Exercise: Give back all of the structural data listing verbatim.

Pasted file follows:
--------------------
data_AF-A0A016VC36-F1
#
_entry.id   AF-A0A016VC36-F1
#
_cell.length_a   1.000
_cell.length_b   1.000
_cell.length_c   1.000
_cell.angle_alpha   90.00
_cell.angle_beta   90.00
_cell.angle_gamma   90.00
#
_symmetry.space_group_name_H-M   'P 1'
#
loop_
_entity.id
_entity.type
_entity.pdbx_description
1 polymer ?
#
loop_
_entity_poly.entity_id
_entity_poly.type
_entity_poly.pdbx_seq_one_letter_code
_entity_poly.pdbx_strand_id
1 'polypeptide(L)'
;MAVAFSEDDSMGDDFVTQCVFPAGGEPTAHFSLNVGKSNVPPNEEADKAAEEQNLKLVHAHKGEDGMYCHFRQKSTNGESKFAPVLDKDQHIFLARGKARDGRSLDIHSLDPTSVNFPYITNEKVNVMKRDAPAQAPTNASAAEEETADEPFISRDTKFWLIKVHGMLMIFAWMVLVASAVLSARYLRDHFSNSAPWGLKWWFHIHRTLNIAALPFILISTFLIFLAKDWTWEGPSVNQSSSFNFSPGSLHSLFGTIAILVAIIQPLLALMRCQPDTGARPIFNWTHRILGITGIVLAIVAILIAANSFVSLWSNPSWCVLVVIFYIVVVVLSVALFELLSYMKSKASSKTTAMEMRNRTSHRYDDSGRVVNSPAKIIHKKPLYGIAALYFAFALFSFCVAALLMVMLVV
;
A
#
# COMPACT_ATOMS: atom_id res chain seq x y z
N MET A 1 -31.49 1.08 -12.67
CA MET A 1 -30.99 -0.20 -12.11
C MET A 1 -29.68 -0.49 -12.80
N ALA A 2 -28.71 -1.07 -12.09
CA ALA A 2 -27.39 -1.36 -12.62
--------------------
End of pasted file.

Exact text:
data_AF-A0A016VC36-F1
#
_entry.id   AF-A0A016VC36-F1
#
_cell.length_a   1.000
_cell.length_b   1.000
_cell.length_c   1.000
_cell.angle_alpha   90.00
_cell.angle_beta   90.00
_cell.angle_gamma   90.00
#
_symmetry.space_group_name_H-M   'P 1'
#
loop_
_entity.id
_entity.type
_entity.pdbx_description
1 polymer ?
#
loop_
_entity_poly.entity_id
_entity_poly.type
_entity_poly.pdbx_seq_one_letter_code
_entity_poly.pdbx_strand_id
1 'polypeptide(L)'
;MAVAFSEDDSMGDDFVTQCVFPAGGEPTAHFSLNVGKSNVPPNEEADKAAEEQNLKLVHAHKGEDGMYCHFRQKSTNGESKFAPVLDKDQHIFLARGKARDGRSLDIHSLDPTSVNFPYITNEKVNVMKRDAPAQAPTNASAAEEETADEPFISRDTKFWLIKVHGMLMIFAWMVLVASAVLSARYLRDHFSNSAPWGLKWWFHIHRTLNIAALPFILISTFLIFLAKDWTWEGPSVNQSSSFNFSPGSLHSLFGTIAILVAIIQPLLALMRCQPDTGARPIFNWTHRILGITGIVLAIVAILIAANSFVSLWSNPSWCVLVVIFYIVVVVLSVALFELLSYMKSKASSKTTAMEMRNRTSHRYDDSGRVVNSPAKIIHKKPLYGIAALYFAFALFSFCVAALLMVMLVV
;
A
#
# COMPACT_ATOMS: atom_id res chain seq x y z
N MET A 1 -31.49 1.08 -12.67
CA MET A 1 -30.99 -0.20 -12.11
C MET A 1 -29.68 -0.49 -12.80
N ALA A 2 -28.71 -1.07 -12.09
CA ALA A 2 -27.39 -1.36 -12.62